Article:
Awesome, I can't wait to check out the changes!!

It's a beautiful asset pack! I've only used it in a small game so far (https://gedig.itch.io/goblin-drop-jam) but I will definitely be using it more in the future :) 

Sorry to necro this if this pack is no longer being worked on, but I just wanted to add my support for door opening + closing animations. The big doors look awesome and I'd love to have a big boss stomp his way out of them!

Hi! I recently used your assets in a small game, and credited you in the game's description (there's no credits in the game itself due to time constraints).

https://gedig.itch.io/goblin-drop-jam

Thank you for releasing such adorable assets! :)

I definitely respect some hustle, but you're necro-ing a lot of very old posts there my friend. Might be better just to make one new topic on the front page in the future, or reach out to active Indie YouTubers/Streamers directly and more personally.

I've been wondering this myself! Hopefully someone will provide an answer :) 

Ah, yeah they're compressed already. Probably wouldn't get much additional space savings, if any.

Are .unitypackage's actually compressed though? Maybe you can get additional space savings by zipping that package?

It took me a while to find this myself, but you can enable screenshots for browser  games too.

Ah, I didn't realize how old the thread was until the discussion about it in the newest replies. Apologies!

Ha, clever way to do a spam bot though, don't think I've seen them verbatim copy other replies before.

@Dan Sanderson as well: I love the idea of itch vouchers, would make for great gifts for other indie friends and would be a good use to turn & burn the small amounts of money that my free games make.

I would also love to see a bit more love towards assets, as I get a large amount of assets from itch now. 2 quick things I can think of are bringing tags to a forefront when searching and categorizing the "New From Those You Follow" section on the homepage.

When I search, it would be nice to filter results by tag the same way I can in Browse (maybe you can already do this and I'm just missing it somehow?), and on the front page I appreciate seeing new games from people I follow as well, but I would like a section or a toggle to just see game assets instead of new games. That's a very developer-specific ask though.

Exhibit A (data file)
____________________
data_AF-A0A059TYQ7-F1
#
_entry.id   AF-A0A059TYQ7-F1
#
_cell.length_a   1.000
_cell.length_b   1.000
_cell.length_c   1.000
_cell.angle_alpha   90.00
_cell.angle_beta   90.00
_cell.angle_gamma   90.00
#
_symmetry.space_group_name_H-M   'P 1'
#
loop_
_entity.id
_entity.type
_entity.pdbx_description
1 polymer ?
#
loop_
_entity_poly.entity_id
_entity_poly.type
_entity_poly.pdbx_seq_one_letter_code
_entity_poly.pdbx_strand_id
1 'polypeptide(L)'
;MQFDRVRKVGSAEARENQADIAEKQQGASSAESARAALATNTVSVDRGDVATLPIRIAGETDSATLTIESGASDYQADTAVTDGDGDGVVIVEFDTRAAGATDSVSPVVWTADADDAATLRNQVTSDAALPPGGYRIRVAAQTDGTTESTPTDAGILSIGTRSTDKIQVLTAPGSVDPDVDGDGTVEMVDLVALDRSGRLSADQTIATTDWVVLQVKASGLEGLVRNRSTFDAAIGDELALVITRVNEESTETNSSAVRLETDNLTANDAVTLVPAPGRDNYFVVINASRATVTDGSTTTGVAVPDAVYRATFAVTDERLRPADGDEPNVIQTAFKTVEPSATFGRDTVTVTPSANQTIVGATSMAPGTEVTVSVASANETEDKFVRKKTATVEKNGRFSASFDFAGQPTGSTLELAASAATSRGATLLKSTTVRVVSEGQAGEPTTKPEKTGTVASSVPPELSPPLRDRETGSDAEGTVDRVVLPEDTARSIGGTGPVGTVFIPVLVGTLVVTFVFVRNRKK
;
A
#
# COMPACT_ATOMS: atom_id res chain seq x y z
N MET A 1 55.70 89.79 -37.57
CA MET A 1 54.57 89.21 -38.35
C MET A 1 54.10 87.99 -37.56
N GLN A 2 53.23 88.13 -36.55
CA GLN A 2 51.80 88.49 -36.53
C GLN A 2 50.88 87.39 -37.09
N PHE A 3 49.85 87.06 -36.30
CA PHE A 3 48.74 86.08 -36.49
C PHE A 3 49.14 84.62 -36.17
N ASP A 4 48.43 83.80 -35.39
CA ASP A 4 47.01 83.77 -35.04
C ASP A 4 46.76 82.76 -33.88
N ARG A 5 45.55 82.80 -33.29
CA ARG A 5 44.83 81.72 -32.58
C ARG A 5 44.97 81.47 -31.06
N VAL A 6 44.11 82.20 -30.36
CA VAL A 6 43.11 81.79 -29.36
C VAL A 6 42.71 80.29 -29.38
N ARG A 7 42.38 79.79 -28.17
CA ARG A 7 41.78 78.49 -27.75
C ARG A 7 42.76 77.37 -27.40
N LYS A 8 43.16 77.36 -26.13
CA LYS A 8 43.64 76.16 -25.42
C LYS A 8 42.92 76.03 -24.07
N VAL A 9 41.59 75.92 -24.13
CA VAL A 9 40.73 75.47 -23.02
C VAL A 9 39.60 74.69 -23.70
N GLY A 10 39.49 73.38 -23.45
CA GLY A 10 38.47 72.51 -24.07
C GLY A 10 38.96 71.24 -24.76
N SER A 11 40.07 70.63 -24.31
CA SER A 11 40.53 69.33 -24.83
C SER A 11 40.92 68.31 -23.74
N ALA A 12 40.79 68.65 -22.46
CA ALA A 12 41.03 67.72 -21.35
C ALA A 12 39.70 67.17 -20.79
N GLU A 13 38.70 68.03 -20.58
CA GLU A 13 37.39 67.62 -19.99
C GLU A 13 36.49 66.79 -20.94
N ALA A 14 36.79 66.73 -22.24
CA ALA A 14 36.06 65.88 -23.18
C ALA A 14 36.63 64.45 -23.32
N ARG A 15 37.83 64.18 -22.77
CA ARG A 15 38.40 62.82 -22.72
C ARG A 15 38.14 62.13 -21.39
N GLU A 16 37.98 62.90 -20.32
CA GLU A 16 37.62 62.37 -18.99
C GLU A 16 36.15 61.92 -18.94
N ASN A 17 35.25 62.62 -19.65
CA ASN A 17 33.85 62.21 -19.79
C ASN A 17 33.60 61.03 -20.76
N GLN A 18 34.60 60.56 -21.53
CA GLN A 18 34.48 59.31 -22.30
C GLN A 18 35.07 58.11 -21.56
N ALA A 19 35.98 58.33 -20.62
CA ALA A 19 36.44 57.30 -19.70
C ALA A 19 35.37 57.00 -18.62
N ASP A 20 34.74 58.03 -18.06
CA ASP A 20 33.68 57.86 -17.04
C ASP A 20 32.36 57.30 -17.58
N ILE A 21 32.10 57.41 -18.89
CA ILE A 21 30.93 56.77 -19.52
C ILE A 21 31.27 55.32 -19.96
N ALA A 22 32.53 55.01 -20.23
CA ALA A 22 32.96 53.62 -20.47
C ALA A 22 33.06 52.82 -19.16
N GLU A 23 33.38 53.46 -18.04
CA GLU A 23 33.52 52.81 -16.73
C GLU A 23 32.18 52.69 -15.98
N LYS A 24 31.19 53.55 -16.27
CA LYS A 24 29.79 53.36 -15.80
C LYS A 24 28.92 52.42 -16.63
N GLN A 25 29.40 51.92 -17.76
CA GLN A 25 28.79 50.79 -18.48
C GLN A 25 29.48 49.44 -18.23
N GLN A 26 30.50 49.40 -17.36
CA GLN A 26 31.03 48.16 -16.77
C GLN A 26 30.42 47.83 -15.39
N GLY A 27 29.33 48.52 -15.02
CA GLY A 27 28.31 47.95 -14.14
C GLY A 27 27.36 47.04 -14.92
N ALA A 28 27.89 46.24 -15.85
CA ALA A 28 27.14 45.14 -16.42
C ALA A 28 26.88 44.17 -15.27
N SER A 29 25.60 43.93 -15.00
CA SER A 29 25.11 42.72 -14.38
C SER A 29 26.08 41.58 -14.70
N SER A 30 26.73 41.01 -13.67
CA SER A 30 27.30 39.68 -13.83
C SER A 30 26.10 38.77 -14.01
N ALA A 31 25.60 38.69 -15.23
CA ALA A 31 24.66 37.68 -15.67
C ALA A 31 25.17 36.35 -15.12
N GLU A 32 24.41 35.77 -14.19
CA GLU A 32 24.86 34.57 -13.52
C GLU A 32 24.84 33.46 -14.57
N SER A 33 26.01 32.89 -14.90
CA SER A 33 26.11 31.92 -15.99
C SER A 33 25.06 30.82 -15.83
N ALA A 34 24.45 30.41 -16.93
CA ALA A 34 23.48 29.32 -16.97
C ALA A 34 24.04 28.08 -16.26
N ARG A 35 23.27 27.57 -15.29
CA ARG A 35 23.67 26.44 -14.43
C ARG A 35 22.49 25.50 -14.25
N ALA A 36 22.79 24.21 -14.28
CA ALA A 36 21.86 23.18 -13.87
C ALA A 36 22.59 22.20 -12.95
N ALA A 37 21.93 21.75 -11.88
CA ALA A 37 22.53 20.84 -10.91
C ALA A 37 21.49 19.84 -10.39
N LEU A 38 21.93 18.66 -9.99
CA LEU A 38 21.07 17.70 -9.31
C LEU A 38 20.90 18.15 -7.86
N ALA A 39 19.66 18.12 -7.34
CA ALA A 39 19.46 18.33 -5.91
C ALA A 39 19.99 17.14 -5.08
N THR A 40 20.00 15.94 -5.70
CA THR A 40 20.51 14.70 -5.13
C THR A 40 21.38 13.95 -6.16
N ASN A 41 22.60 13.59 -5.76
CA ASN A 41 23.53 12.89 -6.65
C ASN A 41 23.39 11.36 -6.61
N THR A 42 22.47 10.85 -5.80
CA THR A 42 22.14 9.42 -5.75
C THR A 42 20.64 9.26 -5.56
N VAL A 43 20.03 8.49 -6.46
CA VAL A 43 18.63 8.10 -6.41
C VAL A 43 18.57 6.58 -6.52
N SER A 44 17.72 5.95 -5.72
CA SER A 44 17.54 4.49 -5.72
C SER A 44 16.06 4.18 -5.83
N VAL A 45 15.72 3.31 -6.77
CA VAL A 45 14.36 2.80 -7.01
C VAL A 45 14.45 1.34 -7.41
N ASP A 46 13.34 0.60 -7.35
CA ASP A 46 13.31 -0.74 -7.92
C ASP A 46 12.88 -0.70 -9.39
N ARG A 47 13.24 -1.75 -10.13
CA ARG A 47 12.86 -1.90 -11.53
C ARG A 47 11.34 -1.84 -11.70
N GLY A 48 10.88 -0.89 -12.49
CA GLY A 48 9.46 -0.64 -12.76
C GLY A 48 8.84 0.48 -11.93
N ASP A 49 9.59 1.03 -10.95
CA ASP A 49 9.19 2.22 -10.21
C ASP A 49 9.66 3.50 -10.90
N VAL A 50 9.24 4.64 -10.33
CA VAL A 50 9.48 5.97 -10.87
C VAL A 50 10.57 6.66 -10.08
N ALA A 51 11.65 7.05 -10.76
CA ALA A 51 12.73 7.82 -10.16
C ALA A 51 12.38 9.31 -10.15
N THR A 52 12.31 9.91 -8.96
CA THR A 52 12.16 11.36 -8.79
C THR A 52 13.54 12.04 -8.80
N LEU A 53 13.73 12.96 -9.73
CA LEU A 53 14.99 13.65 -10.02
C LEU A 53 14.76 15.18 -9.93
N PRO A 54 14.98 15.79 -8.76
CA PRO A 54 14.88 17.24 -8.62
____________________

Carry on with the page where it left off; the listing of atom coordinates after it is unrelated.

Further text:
Fantastic tileset, makes prototypes & jams look 100x better! Thank you!

You have to look at how your game competes with the huge amount of great free games on itch. Why would someone pay money to play your game over any of the thousands of free games available to them?

I would take a look at 2 things: your icon (and how it stacks up against other games in the browse sections, most of which are gifs and explain what their games are right away) and creating a trailer. There aren't many people in this day & age that would spend money on a game that they haven't seen in action, either through a trailer or being played by a streamer.

For specific feedback, the tiled star background and the game-mode icons in the screenshots make it look quite amateur. If I were you, I would probably make the game free, learn from player feedback and try to build up a bit of an audience, and find a publisher to work with for your next commercial game, as they'll be honest with you about when the game is ready, and provide lots of playtesting and marketing support.

It's a tough industry for Indies right now, and it can feel really unfair because just finishing a game is so hard on its own! You're off to a great start though, and I hope you'll keep at it!

Sorry for necro-ing this (it's still near the top of the tips forum and I ran into the exact same issue and it almost drove me mad):

The reason your lighting (or anyone else running into this) looks so different is because of the exported quality settings for WebGL builds. You can fix it by using deferred lighting, which makes lights much more efficient (but can't be used with an orthographic camera or for certain lighting effects), or by bumping up the number of pixel lights allowed in the player quality settings:

https://forum.unity.com/attachments/qualitysettings-png.203841/

Pixel lights are pretty expensive on performance, but so long as you aren't pushing the boundaries anywhere else you should be okay (I would try deferred lighting first though). I bumped up the pixel light count for my game Archipelago (up to 12, I think) and it looks pretty close to how it did in the editor: https://gedig.itch.io/archipelago

itch is such an excellent place to post in-progress work - the community and dev tools are just amazing. However something that I'm missing is that I find it hard to create a page for an in-progress game that will later have an actual release.

It seems that my 3 options right now are:

  • Create a public page for my in-progress game. Most of the organic views from itch.io are going to be on whatever iteration I decide to go public on, and I won't see any other placement when the game goes 1.0